think I may say, I have scarcely felt in a stronger degree for An even balance must, indeed, be preserved in the adjust- any one I have since known.'

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We have already given her parents' account of her relative ever the completeness of her intellectual character appeared character under their own roof." In its wider sphere of opera- in the well-regulated application of her mental powers. To tion it may however be added, that her natural affection was subjects of taste-such as music and poetry—she brought a enlarged in no common degree to all that belonged to her, glow of feeling, and of imagination, that quickens the pulse and manifested in the most important and practical mode of of her readers, and plays upon the passions with an irresisticonstant prayer and effort for the salvation of their souls.ble charm. On the other hand, matters of a graver cast, such She sometimes spent a great part of the night in earnest and as the highly valuable discussions of her Mathematical Manupersevering intercession ; and on one occasion was known, script, are drawn out with the sober accuracy of a reflecting after she had retired to rest, to arise from her bed to employ and discriminating judgment. The illustrations that have herself in special prayer, in behalf of her only brother who been given of her musical excitement might almost lead us died in America about this time, and for whom she never to suppose that this was the atmosphere in which she lived, ceased to cherish the hope, that her prayers were heard with and that she could breathe in no other; yet was this fervid acceptance.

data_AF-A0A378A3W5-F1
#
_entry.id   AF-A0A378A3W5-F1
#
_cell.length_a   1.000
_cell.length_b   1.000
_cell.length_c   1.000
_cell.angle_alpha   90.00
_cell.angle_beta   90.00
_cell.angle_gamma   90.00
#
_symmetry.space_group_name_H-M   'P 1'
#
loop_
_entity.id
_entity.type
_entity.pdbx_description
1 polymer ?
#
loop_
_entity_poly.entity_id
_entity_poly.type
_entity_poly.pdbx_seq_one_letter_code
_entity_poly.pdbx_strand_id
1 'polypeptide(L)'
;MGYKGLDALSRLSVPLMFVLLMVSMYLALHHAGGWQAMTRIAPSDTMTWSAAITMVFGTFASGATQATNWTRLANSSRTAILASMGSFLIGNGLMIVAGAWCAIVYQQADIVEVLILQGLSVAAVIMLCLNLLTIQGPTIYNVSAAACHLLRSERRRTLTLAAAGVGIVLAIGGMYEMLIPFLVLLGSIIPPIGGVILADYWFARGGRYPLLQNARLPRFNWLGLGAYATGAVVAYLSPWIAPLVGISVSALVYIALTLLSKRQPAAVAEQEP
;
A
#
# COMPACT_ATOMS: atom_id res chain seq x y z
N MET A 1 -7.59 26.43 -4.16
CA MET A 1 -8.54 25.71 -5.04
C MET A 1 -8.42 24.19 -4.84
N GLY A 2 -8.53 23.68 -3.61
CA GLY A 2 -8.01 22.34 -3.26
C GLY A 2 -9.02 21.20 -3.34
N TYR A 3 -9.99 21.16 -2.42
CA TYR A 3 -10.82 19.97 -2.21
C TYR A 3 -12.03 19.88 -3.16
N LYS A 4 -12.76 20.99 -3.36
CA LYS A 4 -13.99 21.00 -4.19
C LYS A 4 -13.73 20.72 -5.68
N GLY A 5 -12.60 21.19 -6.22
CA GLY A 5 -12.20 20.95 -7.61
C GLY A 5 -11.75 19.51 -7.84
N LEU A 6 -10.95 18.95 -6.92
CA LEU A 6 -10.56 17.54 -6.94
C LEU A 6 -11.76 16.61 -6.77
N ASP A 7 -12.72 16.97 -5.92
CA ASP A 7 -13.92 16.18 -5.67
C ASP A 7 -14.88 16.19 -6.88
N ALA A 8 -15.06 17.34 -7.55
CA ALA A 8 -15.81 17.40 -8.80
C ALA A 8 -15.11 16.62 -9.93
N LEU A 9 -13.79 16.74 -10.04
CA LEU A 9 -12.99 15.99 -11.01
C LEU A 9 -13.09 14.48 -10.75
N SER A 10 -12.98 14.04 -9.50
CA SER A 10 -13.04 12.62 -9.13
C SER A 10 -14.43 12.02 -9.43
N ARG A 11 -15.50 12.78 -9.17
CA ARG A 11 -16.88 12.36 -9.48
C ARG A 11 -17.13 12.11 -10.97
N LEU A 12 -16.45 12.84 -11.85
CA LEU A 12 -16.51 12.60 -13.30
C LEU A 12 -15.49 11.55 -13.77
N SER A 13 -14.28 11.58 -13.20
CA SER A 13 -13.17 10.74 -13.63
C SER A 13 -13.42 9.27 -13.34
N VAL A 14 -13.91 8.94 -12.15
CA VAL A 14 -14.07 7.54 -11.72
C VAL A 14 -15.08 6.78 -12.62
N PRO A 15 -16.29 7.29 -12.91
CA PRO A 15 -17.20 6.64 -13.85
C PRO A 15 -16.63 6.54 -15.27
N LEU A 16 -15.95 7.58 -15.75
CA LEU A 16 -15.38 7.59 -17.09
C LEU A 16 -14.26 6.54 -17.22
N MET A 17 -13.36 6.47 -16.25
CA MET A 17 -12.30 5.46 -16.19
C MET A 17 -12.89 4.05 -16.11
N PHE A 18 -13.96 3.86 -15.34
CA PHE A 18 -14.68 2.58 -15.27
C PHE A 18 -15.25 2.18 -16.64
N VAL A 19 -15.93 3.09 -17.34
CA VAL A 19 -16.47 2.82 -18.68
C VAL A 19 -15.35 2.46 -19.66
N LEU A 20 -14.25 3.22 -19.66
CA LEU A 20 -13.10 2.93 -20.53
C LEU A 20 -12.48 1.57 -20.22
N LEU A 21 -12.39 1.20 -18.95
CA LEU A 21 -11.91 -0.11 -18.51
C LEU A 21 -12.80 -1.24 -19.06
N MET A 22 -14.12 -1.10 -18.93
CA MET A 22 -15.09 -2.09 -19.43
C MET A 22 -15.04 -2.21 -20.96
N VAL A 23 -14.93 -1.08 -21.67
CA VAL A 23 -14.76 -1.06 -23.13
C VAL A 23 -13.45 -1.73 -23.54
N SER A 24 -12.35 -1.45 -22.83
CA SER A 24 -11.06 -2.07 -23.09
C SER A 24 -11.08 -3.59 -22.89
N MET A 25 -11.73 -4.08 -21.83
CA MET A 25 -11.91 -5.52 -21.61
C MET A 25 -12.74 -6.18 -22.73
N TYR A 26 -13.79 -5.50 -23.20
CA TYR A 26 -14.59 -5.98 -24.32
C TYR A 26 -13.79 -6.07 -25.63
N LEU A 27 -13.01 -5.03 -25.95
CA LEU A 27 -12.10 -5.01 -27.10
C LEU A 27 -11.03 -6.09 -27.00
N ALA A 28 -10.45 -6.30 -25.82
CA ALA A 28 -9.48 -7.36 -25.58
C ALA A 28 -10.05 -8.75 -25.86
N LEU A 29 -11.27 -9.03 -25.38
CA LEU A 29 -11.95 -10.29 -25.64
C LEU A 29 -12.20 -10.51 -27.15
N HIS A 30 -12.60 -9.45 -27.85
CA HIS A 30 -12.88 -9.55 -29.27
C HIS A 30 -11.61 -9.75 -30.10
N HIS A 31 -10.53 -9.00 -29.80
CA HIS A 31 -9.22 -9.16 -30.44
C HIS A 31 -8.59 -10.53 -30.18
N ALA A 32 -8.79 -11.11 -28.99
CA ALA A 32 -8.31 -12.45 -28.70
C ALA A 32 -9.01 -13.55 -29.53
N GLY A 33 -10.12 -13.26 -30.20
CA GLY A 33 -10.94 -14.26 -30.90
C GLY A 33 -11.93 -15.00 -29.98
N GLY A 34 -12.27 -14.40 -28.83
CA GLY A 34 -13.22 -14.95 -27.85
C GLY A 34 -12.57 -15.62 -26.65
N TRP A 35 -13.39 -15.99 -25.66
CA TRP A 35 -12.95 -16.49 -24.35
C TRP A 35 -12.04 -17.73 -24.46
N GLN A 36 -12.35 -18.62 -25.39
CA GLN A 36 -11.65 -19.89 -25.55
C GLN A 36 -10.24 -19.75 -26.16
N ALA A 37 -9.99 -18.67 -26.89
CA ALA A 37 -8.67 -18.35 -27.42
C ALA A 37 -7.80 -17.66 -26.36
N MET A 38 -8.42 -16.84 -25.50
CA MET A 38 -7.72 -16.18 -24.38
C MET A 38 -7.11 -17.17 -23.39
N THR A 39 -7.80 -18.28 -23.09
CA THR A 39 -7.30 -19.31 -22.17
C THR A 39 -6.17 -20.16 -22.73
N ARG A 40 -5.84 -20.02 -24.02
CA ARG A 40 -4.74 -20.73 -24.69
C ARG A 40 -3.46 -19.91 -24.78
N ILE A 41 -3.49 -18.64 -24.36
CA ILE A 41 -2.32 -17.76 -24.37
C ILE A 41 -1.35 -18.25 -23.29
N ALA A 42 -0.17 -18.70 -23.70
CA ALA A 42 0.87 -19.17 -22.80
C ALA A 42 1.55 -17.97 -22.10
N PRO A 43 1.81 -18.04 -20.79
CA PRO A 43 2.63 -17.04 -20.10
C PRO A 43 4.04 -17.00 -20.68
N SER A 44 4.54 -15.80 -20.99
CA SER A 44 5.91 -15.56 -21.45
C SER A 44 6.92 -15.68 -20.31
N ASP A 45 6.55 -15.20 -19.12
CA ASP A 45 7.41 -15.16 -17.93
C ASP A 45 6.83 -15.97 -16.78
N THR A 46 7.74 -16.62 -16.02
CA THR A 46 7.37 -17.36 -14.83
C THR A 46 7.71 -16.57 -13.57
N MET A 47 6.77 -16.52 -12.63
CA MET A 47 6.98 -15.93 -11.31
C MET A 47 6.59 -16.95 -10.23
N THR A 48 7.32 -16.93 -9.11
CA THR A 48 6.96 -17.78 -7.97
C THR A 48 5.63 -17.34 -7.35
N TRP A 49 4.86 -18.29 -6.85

enthusiasm disciplined by the apprehension of the preponThe following letter full enforces the claims of natural derance of this indulgent taste above more solid pursuits. affection upon the basis of the high principles of the gospel. Thus was her fine imagination furnished with a proportionate In quickening her friend to a self-denying effort in this path counterpoise in the master-principle of her ever active mind. of duty, she writes

As to her Christian character-this highest style of man

that energy of feeling and industry of habit, which gave the

Stoke, Jan. 2, 1827. impulse to her intellectual studies, no less strongly marked the • My dear, "freely we have received, freely let us temperament of her religion. Though she had a clear per